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The boundaries between academic fields have blurred to such an extend that many studies today are interdisciplinary in nature.

My PhD is in the social sciences. It was located in the Faculty of Arts at the university. It is a blend of sociology, organisational economics, public policy and a bit of psychology.

I am wondering if a term like "social economics" is appropriate to describe my study. (It is neither "social" nor "economic" in the 'pure' sense.)

My university will just award me with a PhD but I want my CV to be more descriptive.

How does the academic community view these types of descriptions?

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    What does your PhD advisor say? Did you check The CV of other people who work in the same subject? Did you search the term "social economic" in google? In a similar situation if I couldn't find any thing, I would invent a phrase (of course, with some explanations).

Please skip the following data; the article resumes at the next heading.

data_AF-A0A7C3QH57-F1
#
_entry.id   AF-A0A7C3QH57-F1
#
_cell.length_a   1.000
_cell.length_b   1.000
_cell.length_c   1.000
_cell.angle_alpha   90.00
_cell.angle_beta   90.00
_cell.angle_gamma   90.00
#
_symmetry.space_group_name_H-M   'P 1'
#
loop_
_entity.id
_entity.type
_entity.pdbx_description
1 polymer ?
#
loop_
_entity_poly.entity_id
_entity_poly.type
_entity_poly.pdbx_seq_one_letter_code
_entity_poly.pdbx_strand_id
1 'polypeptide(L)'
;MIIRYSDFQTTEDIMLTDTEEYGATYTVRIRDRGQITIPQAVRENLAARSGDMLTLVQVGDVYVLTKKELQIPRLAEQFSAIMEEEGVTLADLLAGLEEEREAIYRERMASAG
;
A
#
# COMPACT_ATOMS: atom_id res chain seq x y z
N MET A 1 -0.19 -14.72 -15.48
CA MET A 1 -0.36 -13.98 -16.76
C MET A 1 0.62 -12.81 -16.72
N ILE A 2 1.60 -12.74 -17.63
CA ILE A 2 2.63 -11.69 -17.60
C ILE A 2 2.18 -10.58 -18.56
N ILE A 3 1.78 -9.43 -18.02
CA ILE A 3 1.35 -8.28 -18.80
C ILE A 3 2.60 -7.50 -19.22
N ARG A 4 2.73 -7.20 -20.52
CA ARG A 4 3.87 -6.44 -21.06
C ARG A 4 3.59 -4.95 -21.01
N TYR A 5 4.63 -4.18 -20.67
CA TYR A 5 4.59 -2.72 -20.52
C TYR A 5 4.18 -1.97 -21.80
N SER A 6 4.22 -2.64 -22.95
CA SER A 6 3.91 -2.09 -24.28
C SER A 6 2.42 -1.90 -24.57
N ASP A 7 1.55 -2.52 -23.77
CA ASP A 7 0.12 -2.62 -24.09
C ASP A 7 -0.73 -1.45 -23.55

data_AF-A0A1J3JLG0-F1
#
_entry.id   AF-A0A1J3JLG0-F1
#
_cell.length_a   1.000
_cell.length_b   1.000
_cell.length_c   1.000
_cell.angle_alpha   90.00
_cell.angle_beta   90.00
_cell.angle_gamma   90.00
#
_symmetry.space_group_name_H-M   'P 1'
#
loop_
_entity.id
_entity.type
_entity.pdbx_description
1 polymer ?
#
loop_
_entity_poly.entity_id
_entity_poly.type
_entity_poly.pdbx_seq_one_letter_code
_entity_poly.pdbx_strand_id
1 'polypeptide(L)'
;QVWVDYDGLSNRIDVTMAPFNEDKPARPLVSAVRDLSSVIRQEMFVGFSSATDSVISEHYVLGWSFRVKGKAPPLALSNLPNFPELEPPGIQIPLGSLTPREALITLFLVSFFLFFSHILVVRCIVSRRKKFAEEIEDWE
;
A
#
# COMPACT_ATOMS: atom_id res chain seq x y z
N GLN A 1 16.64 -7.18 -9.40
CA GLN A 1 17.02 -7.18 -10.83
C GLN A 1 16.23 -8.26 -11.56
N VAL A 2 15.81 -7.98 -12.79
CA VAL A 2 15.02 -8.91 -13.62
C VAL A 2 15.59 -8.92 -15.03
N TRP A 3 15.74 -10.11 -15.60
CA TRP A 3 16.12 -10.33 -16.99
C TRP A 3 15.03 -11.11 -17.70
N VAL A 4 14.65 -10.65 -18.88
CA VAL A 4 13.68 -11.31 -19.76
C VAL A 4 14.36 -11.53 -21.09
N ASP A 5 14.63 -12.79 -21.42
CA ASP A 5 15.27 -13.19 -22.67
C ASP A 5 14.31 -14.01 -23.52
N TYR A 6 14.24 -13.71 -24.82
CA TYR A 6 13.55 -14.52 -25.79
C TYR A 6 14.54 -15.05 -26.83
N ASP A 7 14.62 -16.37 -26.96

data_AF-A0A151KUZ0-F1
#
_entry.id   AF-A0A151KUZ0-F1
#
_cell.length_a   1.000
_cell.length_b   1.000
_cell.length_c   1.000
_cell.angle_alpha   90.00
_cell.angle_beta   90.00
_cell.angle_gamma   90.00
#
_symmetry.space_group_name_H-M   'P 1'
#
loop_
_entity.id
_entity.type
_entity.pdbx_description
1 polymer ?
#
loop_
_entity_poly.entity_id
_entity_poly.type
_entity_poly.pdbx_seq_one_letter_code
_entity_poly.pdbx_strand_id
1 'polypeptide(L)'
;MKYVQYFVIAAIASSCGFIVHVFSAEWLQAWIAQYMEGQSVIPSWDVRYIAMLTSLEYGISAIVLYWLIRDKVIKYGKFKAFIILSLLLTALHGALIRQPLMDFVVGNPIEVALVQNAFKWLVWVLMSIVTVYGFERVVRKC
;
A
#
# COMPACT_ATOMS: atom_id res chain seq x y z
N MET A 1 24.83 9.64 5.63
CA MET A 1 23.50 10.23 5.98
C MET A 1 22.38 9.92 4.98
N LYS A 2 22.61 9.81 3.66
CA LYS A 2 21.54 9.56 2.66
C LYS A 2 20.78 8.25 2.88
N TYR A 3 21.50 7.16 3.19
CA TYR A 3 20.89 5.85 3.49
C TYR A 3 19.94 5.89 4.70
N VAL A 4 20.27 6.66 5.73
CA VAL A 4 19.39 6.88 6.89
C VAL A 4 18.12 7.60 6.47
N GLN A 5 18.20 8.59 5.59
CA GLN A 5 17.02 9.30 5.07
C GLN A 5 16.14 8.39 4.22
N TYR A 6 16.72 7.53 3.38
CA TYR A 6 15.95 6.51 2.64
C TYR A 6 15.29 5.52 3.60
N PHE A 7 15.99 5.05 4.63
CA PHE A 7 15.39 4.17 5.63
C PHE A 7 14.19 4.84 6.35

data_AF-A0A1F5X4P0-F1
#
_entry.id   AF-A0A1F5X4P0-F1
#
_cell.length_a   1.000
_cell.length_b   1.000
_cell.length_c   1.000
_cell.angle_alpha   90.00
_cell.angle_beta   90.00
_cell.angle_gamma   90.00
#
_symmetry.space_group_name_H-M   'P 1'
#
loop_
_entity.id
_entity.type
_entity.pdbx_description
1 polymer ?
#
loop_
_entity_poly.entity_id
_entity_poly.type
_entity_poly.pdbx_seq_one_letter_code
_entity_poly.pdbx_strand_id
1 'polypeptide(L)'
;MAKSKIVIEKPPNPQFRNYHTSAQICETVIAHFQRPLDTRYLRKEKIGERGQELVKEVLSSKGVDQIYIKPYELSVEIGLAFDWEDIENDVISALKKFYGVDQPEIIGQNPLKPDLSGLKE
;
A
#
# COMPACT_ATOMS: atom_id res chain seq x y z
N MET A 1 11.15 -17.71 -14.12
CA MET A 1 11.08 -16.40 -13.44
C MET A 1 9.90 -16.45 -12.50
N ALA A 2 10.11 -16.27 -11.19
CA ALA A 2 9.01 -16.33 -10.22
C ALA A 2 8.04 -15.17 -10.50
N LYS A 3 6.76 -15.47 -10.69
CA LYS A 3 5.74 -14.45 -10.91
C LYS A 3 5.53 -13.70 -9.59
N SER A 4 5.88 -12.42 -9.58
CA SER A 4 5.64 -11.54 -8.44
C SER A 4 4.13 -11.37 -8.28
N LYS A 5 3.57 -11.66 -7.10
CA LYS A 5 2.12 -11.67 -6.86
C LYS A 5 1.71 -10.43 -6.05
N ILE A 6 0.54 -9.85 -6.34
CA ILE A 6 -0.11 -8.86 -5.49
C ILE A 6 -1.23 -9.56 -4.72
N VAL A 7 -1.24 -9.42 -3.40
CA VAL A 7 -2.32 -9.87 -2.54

– user4511
    Jan 14, 2013 at 22:32
  • My PhD advisor is unsure! Jan 14, 2013 at 22:38
  • What does the front page of your PhD thesis say?
    – JeffE
    Jan 15, 2013 at 1:00
  • A dissertation submitted by ... for the award of Doctor of Philosophy Jan 15, 2013 at 1:11
  • So you must be a philosopher, right? Jan 15, 2013 at 7:54

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I have been in similar experiences with some friends, and I'm willing to share:

Here in Japan the programs usually have the weirdest possible names, even in the University of Tokyo they have the "PhD on Creative Informatics" (What's that supposed to mean?), when is nothing but a good ol' PhD on Computer Science. Or the "PhD on Frontier Sciences".

I asked my adviser and he told me that those names are usually for the sake of attracting more students. But he also told me something I've been seeing in the Industry looking for a job (Academic/Industry): No one really cares that much about the title in your PhD, but rather on your specialization topic. Usually questions will be directed towards: "What did you do on your PhD" rather than "What's the name of your PhD"

I advise you to create a brand around this concept of "Social Economics", if you know different people doing that, try to be in contact with them (Twitter/Mail/Conference) so you'll get recognized in the field later and when you get interviewed you don't have to explain it all over again.

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